[Satnews] China has successfully launched three, first-of-their-kind CubeSats, which will assist in tracking civil aircraft and ships and avoid tragedies, such ase the missing flight MH370, official Chinese media said.
The three CubeSats—in a mission coded STU-2—were launched on September 25 and have entered their designed orbit, according to the mission’s chief designer, Wu Shufan. The three spacecraft—weighing only 6.8 kilograms in total—are equipped with polar region observation cameras as well as automatic identification system receivers for information from ships and automatic dependent surveillance-broadcast (ADS-B) receivers for messages sent from civil flights. The ADS-B system was developed to be installed on civil aircraft and to then transmit readings of the flight’s position, height, speed, direction and other information automatically every second to receivers on the ground or in the air. Currently, more than 70 per cent of aircraft have such systems installed.
As of September 28, the STU-2 CubeSats had collected hundreds of thousands of ADS-B messages from more than 12,400 aircraft flying within receiving range, state-run Xinhua news agency reported. The paths and traffic flow of civil flights within the satellites’ monitoring area may be collected in real time.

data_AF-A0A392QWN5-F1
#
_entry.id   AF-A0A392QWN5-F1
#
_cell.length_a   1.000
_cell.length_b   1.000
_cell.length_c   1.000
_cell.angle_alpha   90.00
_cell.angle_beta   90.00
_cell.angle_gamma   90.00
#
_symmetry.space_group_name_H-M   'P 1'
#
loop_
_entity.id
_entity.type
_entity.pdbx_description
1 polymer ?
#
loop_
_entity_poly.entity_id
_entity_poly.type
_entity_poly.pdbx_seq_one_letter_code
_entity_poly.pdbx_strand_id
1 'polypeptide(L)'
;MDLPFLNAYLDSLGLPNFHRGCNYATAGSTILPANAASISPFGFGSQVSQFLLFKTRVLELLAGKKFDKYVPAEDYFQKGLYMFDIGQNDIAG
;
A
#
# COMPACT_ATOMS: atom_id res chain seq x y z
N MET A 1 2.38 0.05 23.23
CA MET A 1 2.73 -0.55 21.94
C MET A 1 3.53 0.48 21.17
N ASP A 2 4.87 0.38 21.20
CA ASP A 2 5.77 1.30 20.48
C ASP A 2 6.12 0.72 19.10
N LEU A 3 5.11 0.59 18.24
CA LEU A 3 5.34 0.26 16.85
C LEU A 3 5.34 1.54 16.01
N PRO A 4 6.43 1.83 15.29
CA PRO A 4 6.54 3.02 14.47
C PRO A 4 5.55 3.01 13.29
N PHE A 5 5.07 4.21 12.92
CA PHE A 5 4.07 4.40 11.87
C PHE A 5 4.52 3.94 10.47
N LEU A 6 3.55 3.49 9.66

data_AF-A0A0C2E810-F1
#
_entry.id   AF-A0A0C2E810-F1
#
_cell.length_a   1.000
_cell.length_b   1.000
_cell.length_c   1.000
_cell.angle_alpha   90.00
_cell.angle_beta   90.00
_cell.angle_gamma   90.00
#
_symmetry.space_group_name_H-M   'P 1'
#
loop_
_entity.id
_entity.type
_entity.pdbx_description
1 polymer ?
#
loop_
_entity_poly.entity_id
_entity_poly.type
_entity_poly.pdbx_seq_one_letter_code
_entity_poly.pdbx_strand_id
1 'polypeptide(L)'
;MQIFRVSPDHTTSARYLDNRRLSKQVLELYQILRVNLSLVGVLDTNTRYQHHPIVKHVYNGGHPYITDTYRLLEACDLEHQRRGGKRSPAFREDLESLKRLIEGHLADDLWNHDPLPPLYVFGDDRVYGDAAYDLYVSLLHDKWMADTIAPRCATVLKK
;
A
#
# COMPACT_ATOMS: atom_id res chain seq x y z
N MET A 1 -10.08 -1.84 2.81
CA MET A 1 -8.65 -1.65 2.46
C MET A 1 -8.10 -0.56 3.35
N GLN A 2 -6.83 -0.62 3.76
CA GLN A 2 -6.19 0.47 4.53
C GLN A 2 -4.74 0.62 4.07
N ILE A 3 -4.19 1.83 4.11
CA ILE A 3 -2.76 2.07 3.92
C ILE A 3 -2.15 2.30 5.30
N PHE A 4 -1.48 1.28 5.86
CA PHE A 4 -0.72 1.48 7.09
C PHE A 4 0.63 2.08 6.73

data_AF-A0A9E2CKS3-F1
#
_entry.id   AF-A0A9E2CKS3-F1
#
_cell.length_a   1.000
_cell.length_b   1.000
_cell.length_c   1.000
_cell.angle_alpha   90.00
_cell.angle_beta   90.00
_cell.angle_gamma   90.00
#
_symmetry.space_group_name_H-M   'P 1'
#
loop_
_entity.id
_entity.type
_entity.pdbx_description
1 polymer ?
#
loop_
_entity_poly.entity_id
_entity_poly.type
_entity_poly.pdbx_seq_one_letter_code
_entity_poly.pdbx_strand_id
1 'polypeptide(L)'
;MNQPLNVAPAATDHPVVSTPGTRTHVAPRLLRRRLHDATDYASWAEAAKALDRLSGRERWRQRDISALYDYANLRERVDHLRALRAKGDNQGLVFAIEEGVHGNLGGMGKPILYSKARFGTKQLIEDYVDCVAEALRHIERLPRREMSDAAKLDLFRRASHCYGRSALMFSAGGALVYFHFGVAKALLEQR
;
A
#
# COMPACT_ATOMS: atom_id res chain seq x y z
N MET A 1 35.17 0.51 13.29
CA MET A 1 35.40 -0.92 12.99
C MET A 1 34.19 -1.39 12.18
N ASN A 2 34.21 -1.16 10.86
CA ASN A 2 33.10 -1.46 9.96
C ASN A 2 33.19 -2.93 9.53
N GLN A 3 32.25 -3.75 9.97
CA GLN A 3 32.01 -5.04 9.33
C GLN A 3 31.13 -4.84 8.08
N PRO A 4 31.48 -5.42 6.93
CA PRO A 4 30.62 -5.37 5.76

CubeSats may also be used to provide information support for ship operations such as the Chinese icebreaker Xuelong (Snow Dragon) in polar regions. Wu said the STU-2 mission, the first of its kind by China, is a step in the country’s satellite network development for civil aircraft and ship monitoring. China is currently developing its own global position system (GPS) Beidu to rival US GPS.
Wu also called for more international cooperation to expand the network’s reach. Like a Rubik’s cube, a CubeSat is a satellite composed of smaller cubic units. Depending on its different uses, a CubeSat may contain two, three or more such units. Compared with other integral satellites, cube spacecraft are generally smaller, lighter and much more economical in development and production costs.
“If there are enough satellites in orbit to cover a region wide enough, a specific flight could be tracked and that may help with spotting, search and rescue in cases like Malaysia Airlines flight MH370,” Wu said.
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